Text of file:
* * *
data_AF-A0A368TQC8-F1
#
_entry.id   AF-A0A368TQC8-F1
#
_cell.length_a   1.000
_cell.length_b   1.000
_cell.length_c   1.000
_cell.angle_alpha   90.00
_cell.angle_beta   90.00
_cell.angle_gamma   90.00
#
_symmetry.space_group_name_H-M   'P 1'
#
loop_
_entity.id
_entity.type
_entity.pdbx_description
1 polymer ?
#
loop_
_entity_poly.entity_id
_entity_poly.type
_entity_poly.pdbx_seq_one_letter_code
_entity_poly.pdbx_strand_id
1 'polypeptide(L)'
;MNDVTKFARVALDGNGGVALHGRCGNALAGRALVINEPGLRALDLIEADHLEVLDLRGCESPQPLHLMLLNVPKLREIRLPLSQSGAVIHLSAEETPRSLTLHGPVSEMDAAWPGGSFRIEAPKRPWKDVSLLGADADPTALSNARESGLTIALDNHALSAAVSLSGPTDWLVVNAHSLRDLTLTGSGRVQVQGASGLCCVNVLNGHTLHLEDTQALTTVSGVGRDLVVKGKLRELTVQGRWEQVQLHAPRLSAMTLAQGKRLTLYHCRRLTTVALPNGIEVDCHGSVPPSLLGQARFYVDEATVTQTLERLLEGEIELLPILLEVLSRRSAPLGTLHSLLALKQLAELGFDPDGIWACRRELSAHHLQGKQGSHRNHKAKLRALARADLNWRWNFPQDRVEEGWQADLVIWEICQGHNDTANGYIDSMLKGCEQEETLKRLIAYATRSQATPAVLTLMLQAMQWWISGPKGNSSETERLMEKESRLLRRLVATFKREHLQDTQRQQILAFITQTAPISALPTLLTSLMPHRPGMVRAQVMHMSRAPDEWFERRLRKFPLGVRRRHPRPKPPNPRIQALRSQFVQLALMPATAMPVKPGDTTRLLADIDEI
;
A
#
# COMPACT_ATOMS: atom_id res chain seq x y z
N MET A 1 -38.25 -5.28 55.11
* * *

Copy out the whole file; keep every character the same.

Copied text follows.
data_AF-A0A368TQC8-F1
#
_entry.id   AF-A0A368TQC8-F1
#
_cell.length_a   1.000
_cell.length_b   1.000
_cell.length_c   1.000
_cell.angle_alpha   90.00
_cell.angle_beta   90.00
_cell.angle_gamma   90.00
#
_symmetry.space_group_name_H-M   'P 1'
#
loop_
_entity.id
_entity.type
_entity.pdbx_description
1 polymer ?
#
loop_
_entity_poly.entity_id
_entity_poly.type
_entity_poly.pdbx_seq_one_letter_code
_entity_poly.pdbx_strand_id
1 'polypeptide(L)'
;MNDVTKFARVALDGNGGVALHGRCGNALAGRALVINEPGLRALDLIEADHLEVLDLRGCESPQPLHLMLLNVPKLREIRLPLSQSGAVIHLSAEETPRSLTLHGPVSEMDAAWPGGSFRIEAPKRPWKDVSLLGADADPTALSNARESGLTIALDNHALSAAVSLSGPTDWLVVNAHSLRDLTLTGSGRVQVQGASGLCCVNVLNGHTLHLEDTQALTTVSGVGRDLVVKGKLRELTVQGRWEQVQLHAPRLSAMTLAQGKRLTLYHCRRLTTVALPNGIEVDCHGSVPPSLLGQARFYVDEATVTQTLERLLEGEIELLPILLEVLSRRSAPLGTLHSLLALKQLAELGFDPDGIWACRRELSAHHLQGKQGSHRNHKAKLRALARADLNWRWNFPQDRVEEGWQADLVIWEICQGHNDTANGYIDSMLKGCEQEETLKRLIAYATRSQATPAVLTLMLQAMQWWISGPKGNSSETERLMEKESRLLRRLVATFKREHLQDTQRQQILAFITQTAPISALPTLLTSLMPHRPGMVRAQVMHMSRAPDEWFERRLRKFPLGVRRRHPRPKPPNPRIQALRSQFVQLALMPATAMPVKPGDTTRLLADIDEI
;
A
#
# COMPACT_ATOMS: atom_id res chain seq x y z
N MET A 1 -38.25 -5.28 55.11